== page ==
BARRETT: Quit burying racial problem

Tom Barrett

With the recent acts of racist and hateful vandalism on campus and the messy Don Imus controversy, it seems that racism and sexism are still rampant problems in our society that we need to address and soon. But how do we go about doing that? Right now, we have all types of anti-discriminatory laws that are backed up by social norms – society’s way of saying “You can’t say that” – that keep the average Joe (or Josephine) from saying anything too ignorant and repugnant, but are we really on the right track in dealing with these problems? Taking the recent events into account (along with the past 50 years of history or so), the answer seems to be a big spray-painted “No.”

In our country, it has become increasingly unacceptable to express any type of remotely discriminatory remark. Our language has become filled to excessive with euphemisms and user-friendly dialogue, but this type of communicating does as much to clean up language as shoving everything under the bed does to clean your room: no matter how clean the floor may look, there is still the massive mess hidden beneath the mattress. The problem with discrimination in society is not that we have some people that say or do offensive things; it is much deeper than that. The problem is that people have discriminatory tendencies to begin with. Most of us – though there are some exceptionally accepting individuals out there whom this statement does not apply to – feel these tendencies within us. This does not mean that you are the type of person that goes running around Sullivan Hall drawing swastikas on the walls. Rather, it means you take an extra step to your left to avoid a black man walking towards you; you silently laugh when you see a woman picking up a hammer; or you think, “Thank God I’m not on the road right now,” when you see Asian/Indian/elderly drivers pass you in their cars.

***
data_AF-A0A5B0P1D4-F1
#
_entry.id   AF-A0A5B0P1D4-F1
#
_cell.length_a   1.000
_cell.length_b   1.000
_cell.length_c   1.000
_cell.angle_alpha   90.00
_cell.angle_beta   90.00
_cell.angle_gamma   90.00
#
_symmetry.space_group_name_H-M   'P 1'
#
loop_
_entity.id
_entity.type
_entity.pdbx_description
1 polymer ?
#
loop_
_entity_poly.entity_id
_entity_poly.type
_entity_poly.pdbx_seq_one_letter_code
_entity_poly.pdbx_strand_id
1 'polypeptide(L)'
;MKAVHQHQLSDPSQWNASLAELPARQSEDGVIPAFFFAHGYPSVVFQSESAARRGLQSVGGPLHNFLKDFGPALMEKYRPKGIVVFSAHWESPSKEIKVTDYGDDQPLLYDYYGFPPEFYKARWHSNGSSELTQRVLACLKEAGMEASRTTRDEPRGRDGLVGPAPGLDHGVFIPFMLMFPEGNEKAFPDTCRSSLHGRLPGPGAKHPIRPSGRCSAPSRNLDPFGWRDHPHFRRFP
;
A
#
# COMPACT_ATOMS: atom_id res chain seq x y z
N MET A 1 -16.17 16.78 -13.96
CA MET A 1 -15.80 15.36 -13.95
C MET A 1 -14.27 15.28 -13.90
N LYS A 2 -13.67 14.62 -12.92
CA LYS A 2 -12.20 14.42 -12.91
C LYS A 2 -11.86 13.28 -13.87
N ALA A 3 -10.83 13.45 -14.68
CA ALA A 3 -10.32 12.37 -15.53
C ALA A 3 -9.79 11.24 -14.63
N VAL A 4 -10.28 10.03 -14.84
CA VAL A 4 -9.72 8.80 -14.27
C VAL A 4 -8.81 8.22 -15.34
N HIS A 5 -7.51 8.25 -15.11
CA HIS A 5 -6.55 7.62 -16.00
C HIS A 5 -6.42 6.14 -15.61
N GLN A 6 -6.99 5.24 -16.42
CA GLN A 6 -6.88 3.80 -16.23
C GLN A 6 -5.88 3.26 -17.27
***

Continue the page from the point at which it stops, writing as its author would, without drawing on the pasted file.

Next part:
Why do many of us react these ways? The answer is that this type of behavior is much more engrained in us than we would like to admit. From the time we were children, we have been taught to view certain people – particularly those different than ourselves – in different ways. Our parents, families, friends, TV, magazines, music – all of these factors and more have contributed to this flawed worldview. It is inherent in our culture to discriminate, to judge each other based on how we each differ from one another. The funny part is we like to pretend that it is not there, but pretending only ends up cramming more junk underneath the bed.

If this pretending is indeed the problem, then how do we fix it? Well, just like the AA Web site says, “The first step to solving a problem is admitting that you have one.” We first have to admit, as a national community, that racism and sexism still play tremendous roles in how our society functions, regardless of how we disguise them. Playing “make-believe” has not worked since second grade, so it is about time we confront the reality of the situation. From that point, we must start moving towards conversation. Exactly how this conversation will go is unclear, but the point is that communication must start between all groups. Communication leads to understanding, and understanding is ultimately what will erase these prejudicial tendencies.

It is time we stop burying this problem with insincere and politically correct language and let the conversation begin.

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Tom Barrett is a sophomore philosophy major from Colonia, N.J. He can be reached at [email protected]